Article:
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If I wanted to make a bot that plays/issues automatic actions/moves in a online browser game, whose communication is realized over HTTP1/1 and WebSocket (https and wws respectively), all TLS encrypted, what approach would you take?

Additionally the following constraints need to be considered:

  • The bot should work while the player is actually playing. That means: Without any real action by a human, the bot won't do anything at all. But every action taken by the player should be modified on the fly by the bot, which calculates a better move/action and updates the packets accordingly (On which layer [TCP, HTTP, WebSocket this happens becomes important on the bottom approaches). Hence the size of the TCP packets won't change, but the checksum (and other fields that depend on the payload) may so.
  • The source of the bot calulated actions is a local process. This means we need to obtain the data from a local process and can't integrate it into the browser process space (for example). We can interact with the local process in any possible way, such as IPC, sockets (client-server-architecture). But for the sake of simplicity I won't inject the process into the broser process space, since it seems hard and I don't know how to do it.

I have compiled the following list of procedures that differentiate in the layer or abstraction in where they alter the flow of communication of the game:

  1. A high level approach would be to inject custom javascript into the DOM of a running browser session. This piece of javascript then connects to a local server (e.g. to a simple server listening on localhost:8888) that responses with a bot calculated move when requesting with the current game action history.

    • Advantages: Comparably easy implementation (javascript is easy to code in). Works for all platforms and all browsers, because javascript is universally runnable.
    • Drawbacks: Maybe we can't build a connection to localhost due to the same-origin policy (Can we?) This would render this approach impossible, since we absolutely need a way to communicate with the local program.
  2. Another high level technique would be to write a custom browser extension that intercepts the browser game traffic and injects bot calculated traffic.

    • Advantages: We don't need to hassle with SSL/TLS decryption because our application is executed in the browser process. Furthermore it must be somehow possible to communicate with a local process that supplies the extension with bot knowledge.
    • Disadvantages: Platform and browser dependent code. When going down that road, I would need to write platform independent C code for chromium and firefox (Because I consider these two browsers to be most used). Additionally, it's questionable if we can speek to different processes, because of the browser sandboxes. What do you think?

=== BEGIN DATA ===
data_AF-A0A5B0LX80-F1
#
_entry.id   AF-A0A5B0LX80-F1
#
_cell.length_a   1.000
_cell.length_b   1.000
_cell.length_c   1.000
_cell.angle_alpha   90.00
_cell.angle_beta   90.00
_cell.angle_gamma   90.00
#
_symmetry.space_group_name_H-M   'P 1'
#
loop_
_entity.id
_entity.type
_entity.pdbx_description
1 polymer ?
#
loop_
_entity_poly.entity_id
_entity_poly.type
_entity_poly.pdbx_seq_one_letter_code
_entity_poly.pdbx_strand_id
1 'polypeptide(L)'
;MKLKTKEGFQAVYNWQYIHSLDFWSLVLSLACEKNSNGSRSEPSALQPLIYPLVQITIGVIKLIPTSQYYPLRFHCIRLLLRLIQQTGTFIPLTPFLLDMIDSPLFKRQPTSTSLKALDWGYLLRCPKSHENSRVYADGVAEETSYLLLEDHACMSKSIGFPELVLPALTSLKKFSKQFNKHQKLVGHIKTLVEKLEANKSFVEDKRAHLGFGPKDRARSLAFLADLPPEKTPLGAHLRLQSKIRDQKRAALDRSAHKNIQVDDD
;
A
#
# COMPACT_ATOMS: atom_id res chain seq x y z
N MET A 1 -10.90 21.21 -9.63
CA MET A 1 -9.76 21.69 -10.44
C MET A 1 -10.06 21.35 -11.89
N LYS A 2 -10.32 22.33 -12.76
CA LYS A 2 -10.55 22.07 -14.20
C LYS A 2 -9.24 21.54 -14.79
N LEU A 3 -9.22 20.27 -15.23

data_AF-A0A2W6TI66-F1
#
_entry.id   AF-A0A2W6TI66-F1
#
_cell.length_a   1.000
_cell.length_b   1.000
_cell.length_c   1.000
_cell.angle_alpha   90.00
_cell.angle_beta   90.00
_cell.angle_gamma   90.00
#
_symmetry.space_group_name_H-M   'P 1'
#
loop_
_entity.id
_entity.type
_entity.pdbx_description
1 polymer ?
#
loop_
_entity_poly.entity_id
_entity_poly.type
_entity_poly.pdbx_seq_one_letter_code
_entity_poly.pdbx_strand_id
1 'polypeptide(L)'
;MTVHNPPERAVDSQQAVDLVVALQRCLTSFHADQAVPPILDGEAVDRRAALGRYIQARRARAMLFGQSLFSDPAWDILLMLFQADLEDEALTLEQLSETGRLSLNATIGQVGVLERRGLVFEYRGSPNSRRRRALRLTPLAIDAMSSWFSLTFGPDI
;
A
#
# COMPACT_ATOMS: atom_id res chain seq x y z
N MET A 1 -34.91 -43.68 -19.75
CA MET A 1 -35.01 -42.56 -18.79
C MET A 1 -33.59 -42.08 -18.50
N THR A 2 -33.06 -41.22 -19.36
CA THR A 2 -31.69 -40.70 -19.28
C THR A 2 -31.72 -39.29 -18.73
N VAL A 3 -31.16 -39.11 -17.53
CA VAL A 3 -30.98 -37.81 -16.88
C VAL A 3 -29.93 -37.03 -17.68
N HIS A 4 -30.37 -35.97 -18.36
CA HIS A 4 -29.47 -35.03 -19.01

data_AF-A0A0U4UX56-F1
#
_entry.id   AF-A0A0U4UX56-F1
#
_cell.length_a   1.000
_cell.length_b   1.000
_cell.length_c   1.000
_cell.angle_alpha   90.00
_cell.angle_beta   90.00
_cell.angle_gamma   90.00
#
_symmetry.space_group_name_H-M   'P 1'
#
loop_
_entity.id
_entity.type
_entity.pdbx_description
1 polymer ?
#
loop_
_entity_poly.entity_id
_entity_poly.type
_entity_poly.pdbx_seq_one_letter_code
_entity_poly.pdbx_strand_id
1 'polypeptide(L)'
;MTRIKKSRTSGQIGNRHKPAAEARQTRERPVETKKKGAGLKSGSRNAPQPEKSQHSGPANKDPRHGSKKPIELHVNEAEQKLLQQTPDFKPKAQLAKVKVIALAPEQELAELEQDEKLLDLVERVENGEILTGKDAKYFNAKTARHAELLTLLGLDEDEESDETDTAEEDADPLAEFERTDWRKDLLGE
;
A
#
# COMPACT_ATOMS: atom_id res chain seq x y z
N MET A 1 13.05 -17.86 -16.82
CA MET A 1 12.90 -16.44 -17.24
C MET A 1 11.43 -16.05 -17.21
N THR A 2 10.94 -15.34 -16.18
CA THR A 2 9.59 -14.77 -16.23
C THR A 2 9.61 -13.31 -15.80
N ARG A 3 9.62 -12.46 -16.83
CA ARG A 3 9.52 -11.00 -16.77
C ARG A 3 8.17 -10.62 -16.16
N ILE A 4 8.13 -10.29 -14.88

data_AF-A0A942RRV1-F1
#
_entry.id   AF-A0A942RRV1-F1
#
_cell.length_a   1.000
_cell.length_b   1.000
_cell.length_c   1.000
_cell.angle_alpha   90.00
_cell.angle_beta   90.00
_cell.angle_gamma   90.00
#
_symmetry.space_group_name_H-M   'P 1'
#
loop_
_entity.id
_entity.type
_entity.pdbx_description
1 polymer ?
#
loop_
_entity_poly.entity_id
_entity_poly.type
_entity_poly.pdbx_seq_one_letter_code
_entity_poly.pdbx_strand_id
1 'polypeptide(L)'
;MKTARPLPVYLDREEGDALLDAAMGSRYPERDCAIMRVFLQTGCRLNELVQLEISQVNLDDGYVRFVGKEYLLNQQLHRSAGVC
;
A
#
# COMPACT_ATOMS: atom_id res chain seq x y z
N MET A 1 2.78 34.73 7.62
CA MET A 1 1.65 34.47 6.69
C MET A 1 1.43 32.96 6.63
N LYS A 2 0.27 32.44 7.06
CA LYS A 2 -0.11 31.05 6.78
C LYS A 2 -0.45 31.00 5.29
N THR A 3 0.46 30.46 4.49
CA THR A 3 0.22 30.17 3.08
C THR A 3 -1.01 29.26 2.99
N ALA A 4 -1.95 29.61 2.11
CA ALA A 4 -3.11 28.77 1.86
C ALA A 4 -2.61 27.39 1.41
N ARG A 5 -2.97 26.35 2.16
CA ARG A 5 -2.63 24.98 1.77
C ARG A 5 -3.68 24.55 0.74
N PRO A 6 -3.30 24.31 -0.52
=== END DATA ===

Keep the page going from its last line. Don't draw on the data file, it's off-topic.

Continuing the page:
3. Low level network stack interception technique: I could sniff on the interface where the TCP packets of the communication sessions are exchanged with a appropriate API like scapy or libpcap (When writing C directly). Because the communication is encrypted with SSL/TLS needs to be a reliable way to decrpyt the TCP packets. This is not a trivial task, since different browsers use differnt ciphers/HMACS to encrypt the traffic. This issue is alleviated by the fact that some browsers can be started with a option (environment variable SSLKEYLOGFILE) to dump the current key secrets of a SSL/TLS session relevant mdn link for SSLKEYLOGFILE to a file which my bot could use to decrypt the traffic. Once decrypted, I will modify the HTTP POST PAYLOAD (json data) and replace the action I made, with the bot calculated move/action. Then I need to encrypt the packet again with the appropriate cipher. But this implies several issues as for example:

    • How can my sniffer/bot know which cipher was used? He only knows the current keys for the session, but not the ciphers. In the worst case, we need to also sniff the SSL/TLS handshake and connection start. This again is a very tedious process since the many quirks and combinatinos of a TLS session beginning.
    • Padding shouldn't be a bigger issue because the moves in the packet are just replaced and no additional data is injected or deleted. So the TCP packets should stay the same. We only need to recalculate the checksums.
  4. Another really really low level approach: Hooking! This might be the hardest approach in the investigation and research phase (It's not a easy task to find the correct hooking points in the HUGE chromium or firefox code base, but it looks like the NSS library is a good starting point), but also the most elegant way, because we don't need to hassle with SSL/TLS quirks and can work with plaintext HTTP packets, when we find a good hook point. This approach, although very elegant and straightforward comes with huge drawbacks: